OPINION: Uganda’s energy transition must be driven by gender diversity

By Guillermo Salarich

Reports on efforts by the Petroleum Authority of Uganda, the Ugandan government and technology leader ABB, to encourage more women into the country’s growing oil and gas industry.

Kampala – July 27, 2021: Oil and gas (OGC) exploration has the potential to transform Uganda’s economy, provide its people with job opportunities and experience, and inspire the next generation of Ugandan engineers.

The East African country’s OGC industry continues to expand at a rapid pace, driven by a flood of foreign direct investment in recent years. Planned projects represent a total investment of US$12billion and sector revenues are expected to mature in the coming years.

This energy revolution cannot happen without the participation of Uganda’s women, however, a fact that is recognized by the Petroleum Authority of Uganda (PAU), which is calling for greater gender inclusivity to encourage females from an early age into engineering, technology and energy roles.

In Africa, just 8% of the OGC workforce is female compared with the global average of 15%. Despite efforts to improve gender diversity in Uganda’s OGC sector, it remains a male-dominated industry.

Equal opportunities

ABB, which has a base in Uganda, supports the commitment of the PAU and the government to address gender imbalance, as well as localize the market, up-skill the local workforce, create jobs and opportunities, and nurture the next generation of leaders and engineers.

The PAU is committed to supporting full female participation in Uganda’s burgeoning OGC industry at all decision-making levels, including management and leadership positions. These initiatives are part of wider efforts to improve economic and social development in the country in line with both the overarching Agenda 2030 for Sustainable Development and the National Development Plan.

The benefits for Uganda’s OGC industry, and the country as a whole, are obvious. Gender diversity can help companies meet the demand for skilled labor, as well as boost profitability, performance and innovation. By encouraging the next generation of females in Uganda to aspire to leadership roles, companies will ensure they have a pool of high-quality talent to choose from as the sector matures.

The PAU notes that greater female representation advances sustainable development. In addition, gender equality and inclusivity in the labor force is proven to improve productivity and innovation, engagement with local communities, and profitability for public and private sector organisations.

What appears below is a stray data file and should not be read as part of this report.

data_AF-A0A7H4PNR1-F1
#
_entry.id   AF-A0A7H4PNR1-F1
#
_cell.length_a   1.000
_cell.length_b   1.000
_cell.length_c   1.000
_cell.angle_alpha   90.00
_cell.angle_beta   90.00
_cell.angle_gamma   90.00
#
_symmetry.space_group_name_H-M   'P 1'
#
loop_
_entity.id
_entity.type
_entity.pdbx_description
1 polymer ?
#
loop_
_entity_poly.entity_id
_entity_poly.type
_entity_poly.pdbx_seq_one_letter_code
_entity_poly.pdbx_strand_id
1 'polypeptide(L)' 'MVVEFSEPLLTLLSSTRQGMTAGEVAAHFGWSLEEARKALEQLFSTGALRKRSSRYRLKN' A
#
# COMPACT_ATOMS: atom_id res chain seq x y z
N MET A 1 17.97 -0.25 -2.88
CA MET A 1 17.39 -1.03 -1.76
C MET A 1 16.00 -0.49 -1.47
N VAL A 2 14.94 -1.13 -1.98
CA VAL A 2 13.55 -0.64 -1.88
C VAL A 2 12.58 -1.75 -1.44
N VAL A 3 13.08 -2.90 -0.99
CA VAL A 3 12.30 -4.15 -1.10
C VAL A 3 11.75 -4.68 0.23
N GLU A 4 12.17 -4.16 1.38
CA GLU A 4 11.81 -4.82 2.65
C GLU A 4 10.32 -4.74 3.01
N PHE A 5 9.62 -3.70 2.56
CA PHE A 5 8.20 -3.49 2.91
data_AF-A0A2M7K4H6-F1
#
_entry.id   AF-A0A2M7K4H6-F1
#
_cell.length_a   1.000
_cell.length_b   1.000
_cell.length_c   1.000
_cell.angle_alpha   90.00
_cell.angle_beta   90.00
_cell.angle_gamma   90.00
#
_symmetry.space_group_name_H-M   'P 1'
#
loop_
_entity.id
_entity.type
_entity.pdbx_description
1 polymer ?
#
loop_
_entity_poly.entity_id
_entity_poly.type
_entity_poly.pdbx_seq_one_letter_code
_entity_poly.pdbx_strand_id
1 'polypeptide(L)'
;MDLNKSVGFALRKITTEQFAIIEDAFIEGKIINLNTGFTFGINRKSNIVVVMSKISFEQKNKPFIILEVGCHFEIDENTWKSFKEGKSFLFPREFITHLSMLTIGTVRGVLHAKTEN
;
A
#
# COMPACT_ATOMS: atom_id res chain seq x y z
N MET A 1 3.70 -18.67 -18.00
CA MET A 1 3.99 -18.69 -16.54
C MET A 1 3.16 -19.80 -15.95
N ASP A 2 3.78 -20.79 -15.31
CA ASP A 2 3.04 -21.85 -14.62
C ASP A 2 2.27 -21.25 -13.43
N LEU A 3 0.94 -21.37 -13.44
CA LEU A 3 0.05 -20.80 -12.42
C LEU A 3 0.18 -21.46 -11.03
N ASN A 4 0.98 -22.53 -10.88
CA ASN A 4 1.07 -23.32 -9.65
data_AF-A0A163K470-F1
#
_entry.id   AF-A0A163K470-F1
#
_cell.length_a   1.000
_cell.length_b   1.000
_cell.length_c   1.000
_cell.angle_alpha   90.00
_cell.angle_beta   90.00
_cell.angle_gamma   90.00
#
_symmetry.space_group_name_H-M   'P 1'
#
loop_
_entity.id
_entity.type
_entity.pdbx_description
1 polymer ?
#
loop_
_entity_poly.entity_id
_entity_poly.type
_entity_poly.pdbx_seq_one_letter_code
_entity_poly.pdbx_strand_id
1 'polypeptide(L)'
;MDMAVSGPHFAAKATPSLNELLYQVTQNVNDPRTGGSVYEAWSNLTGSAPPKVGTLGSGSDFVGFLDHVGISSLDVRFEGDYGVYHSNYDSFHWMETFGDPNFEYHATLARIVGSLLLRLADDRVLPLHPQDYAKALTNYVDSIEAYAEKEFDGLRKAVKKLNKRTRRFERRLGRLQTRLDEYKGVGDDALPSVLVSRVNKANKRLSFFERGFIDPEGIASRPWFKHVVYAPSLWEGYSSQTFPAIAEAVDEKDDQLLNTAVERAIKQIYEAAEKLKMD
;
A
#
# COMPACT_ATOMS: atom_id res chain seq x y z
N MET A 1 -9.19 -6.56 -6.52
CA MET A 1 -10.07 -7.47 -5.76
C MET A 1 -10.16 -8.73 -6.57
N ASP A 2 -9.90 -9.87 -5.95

Taking the initiative on gender diversity

 There are signs that the efforts of the PAU and the government are beginning to bear fruit.Uganda is party to multiple international and regional protocols promoting female participation in leadership and governance, for example. Supported by various programs, women are being integrated into all levels of the OGC industry, from management positions to R&D, sales, technology and finance.

Gender inclusivity begins in the classroom, and there are signs that the country’s school system is succeeding in encouraging more young women to aspire to leadership and continue into higher education, particularly in science, technology, engineering, and mathematics (STEM), ensuring they have both the qualifications and confidence to compete in an increasingly competitive job market.

ABB leads the way

ABB has been present for over 110 years in Africa. From establishing its first office in North Africa in Cairo, Egypt in 1926, over the past century the company has expanded its operations throughout the continent including in Uganda.

As a leading technology provider, ABB is running a global initiative aimed at encouraging diversity, flexible employment policies and the advancement of women at all levels and in all business areas.

In September 2020, ABB launched its new global diversity and inclusion strategy with the target of doubling the number of women in senior management roles. Diversity isn’t restricted to gender;the company is also committed to attracting people of different ethnicities, ages, profiles and abilities.

The OGC sector in Uganda is forecast to represent a major growth of the economy in the coming years. ABB can support the strategic growth of the industry in a safe, smart and sustainable way through digitization, automation and virtualized engineering.

In addition to developing technologies designed to drive productivity and low-carbon operations, ABB is committed to supporting gender diversity, ensuring that all women and girls in Uganda are fully invested in their nation’s sustainable energy future.

The writer is the Business Development Manager, Energy Industries at ABB

Previous TNDQuestions EFOTI boss’ tea journey, challenges and the future
Next UNAA Presidential candidate, Natoolo protests “illegal return” of shs177m for CDF to Kla